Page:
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Hyundai i10 review


Cute, Well-Equipped, Great Value.

5-Year Unlimited Mileage Guarantee Is A Game Changer.
Fuel Economy, Use Of Resources Will Please Our Owners, Betters.

**** out of 5

“we are all convinced that by driving our cars we are all guilty of destroying the planet, so I don’t suppose anyone will be objecting”  

Our Lords and Masters in Brussels have decided that cars have had their day, at least for us little people not on the government payroll. These unelected commissars of the European Commission and their sandal-wearing acolytes and apologists in the European “Parliament” are determined to outlaw the freedom of movement we motorists have enjoyed for most of the last century. Cars, where allowed, must be utilitarian and consume the smallest possible amount of fuel (AND NO MORE) as you drive from A to B with your kith and kin and your stuff. If this doesn’t happen, the earth will warm and we will all die, so that’s reason enough to be getting on with. Any dissent will be dealt with severely.

Hyundai i10 reviewBy 2015 at the latest, cars will have to achieve an average 51 mpg-5.5 l/kms. Anything remotely more extravagant will only be affordable by the super rich like Bill Gates or Madonna. While Brussels seeks to cajole the car manufacturers into designing cars which will be more like overweight skate boards with streamlining, national governments will be assailing us in a different way.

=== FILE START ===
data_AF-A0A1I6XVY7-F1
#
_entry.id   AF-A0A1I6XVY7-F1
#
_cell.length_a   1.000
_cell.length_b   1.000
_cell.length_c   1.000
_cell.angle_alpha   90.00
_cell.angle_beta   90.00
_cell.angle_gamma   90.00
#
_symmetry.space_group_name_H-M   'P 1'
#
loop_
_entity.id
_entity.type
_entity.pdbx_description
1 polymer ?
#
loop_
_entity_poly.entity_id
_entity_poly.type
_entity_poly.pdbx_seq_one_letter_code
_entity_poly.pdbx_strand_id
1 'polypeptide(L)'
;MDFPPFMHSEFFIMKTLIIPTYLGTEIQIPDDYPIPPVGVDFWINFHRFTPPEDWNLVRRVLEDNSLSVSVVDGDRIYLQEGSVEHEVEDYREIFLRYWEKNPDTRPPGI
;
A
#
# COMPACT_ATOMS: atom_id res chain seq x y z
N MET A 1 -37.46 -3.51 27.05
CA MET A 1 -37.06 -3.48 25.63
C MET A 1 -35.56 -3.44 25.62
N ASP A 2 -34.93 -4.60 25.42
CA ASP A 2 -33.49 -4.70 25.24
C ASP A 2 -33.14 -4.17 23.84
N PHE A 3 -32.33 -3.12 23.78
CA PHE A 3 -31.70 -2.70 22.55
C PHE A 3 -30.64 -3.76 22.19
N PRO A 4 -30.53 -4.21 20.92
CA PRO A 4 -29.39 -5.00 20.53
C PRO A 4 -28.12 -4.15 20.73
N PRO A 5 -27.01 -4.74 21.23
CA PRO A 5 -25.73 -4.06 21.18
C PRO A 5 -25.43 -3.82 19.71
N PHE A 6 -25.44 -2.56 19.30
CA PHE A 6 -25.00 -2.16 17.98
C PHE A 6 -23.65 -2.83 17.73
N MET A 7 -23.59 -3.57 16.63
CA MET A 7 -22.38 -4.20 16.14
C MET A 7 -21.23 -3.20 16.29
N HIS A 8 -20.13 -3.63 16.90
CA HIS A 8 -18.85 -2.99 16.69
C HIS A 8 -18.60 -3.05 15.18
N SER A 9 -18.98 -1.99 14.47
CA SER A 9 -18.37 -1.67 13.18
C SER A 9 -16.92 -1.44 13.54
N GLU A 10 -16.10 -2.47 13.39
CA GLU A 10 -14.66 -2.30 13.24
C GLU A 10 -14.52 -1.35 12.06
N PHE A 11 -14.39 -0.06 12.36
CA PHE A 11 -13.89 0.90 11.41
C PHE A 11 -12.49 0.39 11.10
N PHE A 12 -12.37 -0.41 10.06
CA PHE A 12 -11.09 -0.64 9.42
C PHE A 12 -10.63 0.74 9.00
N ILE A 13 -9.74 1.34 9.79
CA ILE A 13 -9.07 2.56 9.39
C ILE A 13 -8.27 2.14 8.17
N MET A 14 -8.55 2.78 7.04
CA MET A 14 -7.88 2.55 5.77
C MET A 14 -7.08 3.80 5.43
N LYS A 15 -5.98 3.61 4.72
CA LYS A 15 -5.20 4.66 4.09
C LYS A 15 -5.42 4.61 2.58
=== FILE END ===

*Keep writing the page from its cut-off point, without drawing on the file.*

Here in Britain we see the Labour Party sneaking in a stealth road tax which will force older gas guzzlers off the road by this time next year. Given that some categories of road tax will be higher than the worth of the vehicle, this will also trash the value of the cars owned by the lowest earners in the land and force them to take the bus. Because more than 70 per cent of the cost of a gallon of petrol is made up of tax, it now costs more to fill up the average tank than the state pays pensioners for their weekly spending money. The rationale behind the move becomes clearer, doesn’t it?

Draconian, nay Nazi